Visualizing Caribbean Art and Culture in the Twenty-first Century

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Artist Steve Ouditt installing his Infinite Island work, “Excerpts From the Propagandist’s Diary of L. Padre Grande,” 2007.

What happens after an exhibition opens? Even after the works of art are displayed in the galleries, activity behind the scenes at the Museum does not stop. In the case of museum educators and educational programmers like me, our work really begins after an exhibition opens, but starts many months before. To prepare for Infinite Island: Contemporary Caribbean Art, I have been working closely with curator Tumelo Mosaka to decide what kinds of public programs related would offer innovative perspectives and interesting experiences for our visitors. After months of preparation, our inaugural public program for Infinite Island will take place this Saturday, September 22nd at 2 p.m.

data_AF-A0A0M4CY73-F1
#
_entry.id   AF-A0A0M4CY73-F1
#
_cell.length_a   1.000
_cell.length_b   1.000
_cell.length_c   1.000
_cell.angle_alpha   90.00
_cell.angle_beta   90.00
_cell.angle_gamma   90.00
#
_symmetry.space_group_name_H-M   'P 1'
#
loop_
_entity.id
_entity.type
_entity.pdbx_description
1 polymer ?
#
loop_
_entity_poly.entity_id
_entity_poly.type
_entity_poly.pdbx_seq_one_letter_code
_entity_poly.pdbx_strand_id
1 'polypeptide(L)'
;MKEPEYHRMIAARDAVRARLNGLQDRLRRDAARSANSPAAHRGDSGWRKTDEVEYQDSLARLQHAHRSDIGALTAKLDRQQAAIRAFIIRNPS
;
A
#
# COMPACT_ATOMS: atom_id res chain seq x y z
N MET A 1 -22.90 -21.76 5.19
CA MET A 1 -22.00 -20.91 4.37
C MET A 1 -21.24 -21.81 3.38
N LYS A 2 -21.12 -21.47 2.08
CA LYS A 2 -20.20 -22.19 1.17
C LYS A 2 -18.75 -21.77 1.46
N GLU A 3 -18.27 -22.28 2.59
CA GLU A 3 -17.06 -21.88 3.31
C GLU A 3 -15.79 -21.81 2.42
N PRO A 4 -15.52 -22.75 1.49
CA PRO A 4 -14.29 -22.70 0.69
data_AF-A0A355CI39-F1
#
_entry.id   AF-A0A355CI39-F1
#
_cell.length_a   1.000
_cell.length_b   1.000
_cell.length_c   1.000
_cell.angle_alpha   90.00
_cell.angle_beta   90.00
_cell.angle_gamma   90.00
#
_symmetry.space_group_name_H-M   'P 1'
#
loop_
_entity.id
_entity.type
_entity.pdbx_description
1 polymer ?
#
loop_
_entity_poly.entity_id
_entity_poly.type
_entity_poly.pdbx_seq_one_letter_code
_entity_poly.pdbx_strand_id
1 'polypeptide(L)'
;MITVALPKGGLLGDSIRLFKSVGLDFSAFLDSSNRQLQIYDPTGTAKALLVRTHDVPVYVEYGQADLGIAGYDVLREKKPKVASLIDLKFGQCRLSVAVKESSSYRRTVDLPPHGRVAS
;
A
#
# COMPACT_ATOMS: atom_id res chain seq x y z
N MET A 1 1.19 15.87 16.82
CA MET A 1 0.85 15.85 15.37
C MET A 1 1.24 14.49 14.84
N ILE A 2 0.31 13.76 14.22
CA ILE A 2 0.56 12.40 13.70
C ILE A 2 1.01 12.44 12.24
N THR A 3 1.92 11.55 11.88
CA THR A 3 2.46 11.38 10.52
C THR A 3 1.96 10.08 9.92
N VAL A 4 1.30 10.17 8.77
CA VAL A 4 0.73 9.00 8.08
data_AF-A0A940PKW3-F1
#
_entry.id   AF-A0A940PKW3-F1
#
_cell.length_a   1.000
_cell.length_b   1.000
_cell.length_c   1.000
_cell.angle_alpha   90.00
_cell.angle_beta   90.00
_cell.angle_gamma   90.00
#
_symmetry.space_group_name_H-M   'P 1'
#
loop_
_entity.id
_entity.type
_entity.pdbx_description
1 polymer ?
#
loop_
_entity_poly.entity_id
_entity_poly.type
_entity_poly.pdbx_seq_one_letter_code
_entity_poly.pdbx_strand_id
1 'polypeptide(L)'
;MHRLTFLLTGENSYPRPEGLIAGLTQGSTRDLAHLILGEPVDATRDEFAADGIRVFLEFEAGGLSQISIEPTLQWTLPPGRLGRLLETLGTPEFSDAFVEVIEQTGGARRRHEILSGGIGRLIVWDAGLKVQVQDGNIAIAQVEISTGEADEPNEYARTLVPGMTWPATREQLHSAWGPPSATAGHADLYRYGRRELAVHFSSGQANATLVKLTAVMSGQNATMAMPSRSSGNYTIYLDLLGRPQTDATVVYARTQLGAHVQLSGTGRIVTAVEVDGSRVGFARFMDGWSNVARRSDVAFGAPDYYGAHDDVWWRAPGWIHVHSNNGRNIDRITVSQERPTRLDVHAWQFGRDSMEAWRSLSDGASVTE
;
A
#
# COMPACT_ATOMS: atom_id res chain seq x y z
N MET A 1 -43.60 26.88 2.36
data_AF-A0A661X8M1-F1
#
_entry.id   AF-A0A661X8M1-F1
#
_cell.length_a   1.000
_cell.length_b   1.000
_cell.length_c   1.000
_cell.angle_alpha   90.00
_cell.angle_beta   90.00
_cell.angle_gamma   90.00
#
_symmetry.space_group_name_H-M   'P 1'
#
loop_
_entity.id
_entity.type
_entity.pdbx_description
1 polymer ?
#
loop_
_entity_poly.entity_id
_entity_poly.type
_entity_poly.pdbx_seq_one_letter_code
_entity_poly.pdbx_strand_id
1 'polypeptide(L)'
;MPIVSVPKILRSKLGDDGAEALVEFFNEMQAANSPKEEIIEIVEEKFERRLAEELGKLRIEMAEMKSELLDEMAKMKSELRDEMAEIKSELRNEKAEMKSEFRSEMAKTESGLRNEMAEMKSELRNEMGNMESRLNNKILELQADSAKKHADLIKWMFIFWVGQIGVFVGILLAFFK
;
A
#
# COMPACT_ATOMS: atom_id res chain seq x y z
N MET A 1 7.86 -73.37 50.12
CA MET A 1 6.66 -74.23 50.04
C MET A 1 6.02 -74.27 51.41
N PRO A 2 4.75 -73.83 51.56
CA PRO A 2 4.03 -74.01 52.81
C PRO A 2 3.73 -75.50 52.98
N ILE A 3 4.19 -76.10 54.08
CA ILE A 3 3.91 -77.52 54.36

Visualizing Caribbean Art and Culture in the Twenty-first Century includes five dynamic speakers who come from a variety of backgrounds and areas of expertise: Aisha Khan, Associate Professor of Anthropology at NYU and Director of Undergraduate Studies; Infinite Island catalog essayist Annie Paul, Associate Editor of the journal Small Axe and Head of Publications at Sir Arthur Lewis Institute of Social and Economic Research at University of the West Indies in Kingston, Jamaica; and Infinite Island artists Jean-Ulrick Dèsert, Deborah Jack and Steve Ouditt (pictured above). Tumelo Mosaka will moderate the event.

This is the first in a series of three panels and it should be exciting to hear the discussion of contemporary Caribbean art and culture with these artists and scholars. If you attend, let us know your thoughts.

Update 9/26/07: Photos posted to our Flickr account.